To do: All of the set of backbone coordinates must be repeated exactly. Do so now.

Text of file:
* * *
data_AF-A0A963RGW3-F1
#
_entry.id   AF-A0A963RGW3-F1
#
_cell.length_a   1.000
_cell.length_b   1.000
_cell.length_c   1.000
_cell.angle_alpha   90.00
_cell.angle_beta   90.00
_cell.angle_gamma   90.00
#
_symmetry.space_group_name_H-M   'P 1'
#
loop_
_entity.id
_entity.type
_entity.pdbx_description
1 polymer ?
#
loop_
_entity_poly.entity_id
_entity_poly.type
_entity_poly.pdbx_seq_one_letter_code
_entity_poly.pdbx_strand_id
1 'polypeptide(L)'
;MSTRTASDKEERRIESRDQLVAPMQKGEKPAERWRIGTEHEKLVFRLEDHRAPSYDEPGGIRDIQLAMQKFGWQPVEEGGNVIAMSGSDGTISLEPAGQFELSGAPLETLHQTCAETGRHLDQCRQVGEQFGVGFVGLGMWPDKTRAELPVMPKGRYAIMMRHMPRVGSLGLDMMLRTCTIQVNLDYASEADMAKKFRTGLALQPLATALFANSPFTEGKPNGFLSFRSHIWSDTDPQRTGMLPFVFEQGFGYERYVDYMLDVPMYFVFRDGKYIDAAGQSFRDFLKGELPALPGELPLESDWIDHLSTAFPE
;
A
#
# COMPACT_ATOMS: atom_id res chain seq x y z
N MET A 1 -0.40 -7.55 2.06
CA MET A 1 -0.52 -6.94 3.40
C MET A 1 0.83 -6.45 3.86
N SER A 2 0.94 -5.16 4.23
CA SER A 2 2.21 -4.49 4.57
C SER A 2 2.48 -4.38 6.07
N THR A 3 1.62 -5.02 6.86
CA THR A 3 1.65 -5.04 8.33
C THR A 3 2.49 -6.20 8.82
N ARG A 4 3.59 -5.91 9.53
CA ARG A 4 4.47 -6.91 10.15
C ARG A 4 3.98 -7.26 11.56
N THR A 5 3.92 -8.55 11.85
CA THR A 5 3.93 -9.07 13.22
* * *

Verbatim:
data_AF-A0A963RGW3-F1
#
_entry.id   AF-A0A963RGW3-F1
#
_cell.length_a   1.000
_cell.length_b   1.000
_cell.length_c   1.000
_cell.angle_alpha   90.00
_cell.angle_beta   90.00
_cell.angle_gamma   90.00
#
_symmetry.space_group_name_H-M   'P 1'
#
loop_
_entity.id
_entity.type
_entity.pdbx_description
1 polymer ?
#
loop_
_entity_poly.entity_id
_entity_poly.type
_entity_poly.pdbx_seq_one_letter_code
_entity_poly.pdbx_strand_id
1 'polypeptide(L)'
;MSTRTASDKEERRIESRDQLVAPMQKGEKPAERWRIGTEHEKLVFRLEDHRAPSYDEPGGIRDIQLAMQKFGWQPVEEGGNVIAMSGSDGTISLEPAGQFELSGAPLETLHQTCAETGRHLDQCRQVGEQFGVGFVGLGMWPDKTRAELPVMPKGRYAIMMRHMPRVGSLGLDMMLRTCTIQVNLDYASEADMAKKFRTGLALQPLATALFANSPFTEGKPNGFLSFRSHIWSDTDPQRTGMLPFVFEQGFGYERYVDYMLDVPMYFVFRDGKYIDAAGQSFRDFLKGELPALPGELPLESDWIDHLSTAFPE
;
A
#
# COMPACT_ATOMS: atom_id res chain seq x y z
N MET A 1 -0.40 -7.55 2.06
CA MET A 1 -0.52 -6.94 3.40
C MET A 1 0.83 -6.45 3.86
N SER A 2 0.94 -5.16 4.23
CA SER A 2 2.21 -4.49 4.57
C SER A 2 2.48 -4.38 6.07
N THR A 3 1.62 -5.02 6.86
CA THR A 3 1.65 -5.04 8.33
C THR A 3 2.49 -6.20 8.82
N ARG A 4 3.59 -5.91 9.53
CA ARG A 4 4.47 -6.91 10.15
C ARG A 4 3.98 -7.26 11.56
N THR A 5 3.92 -8.55 11.85
CA THR A 5 3.93 -9.07 13.22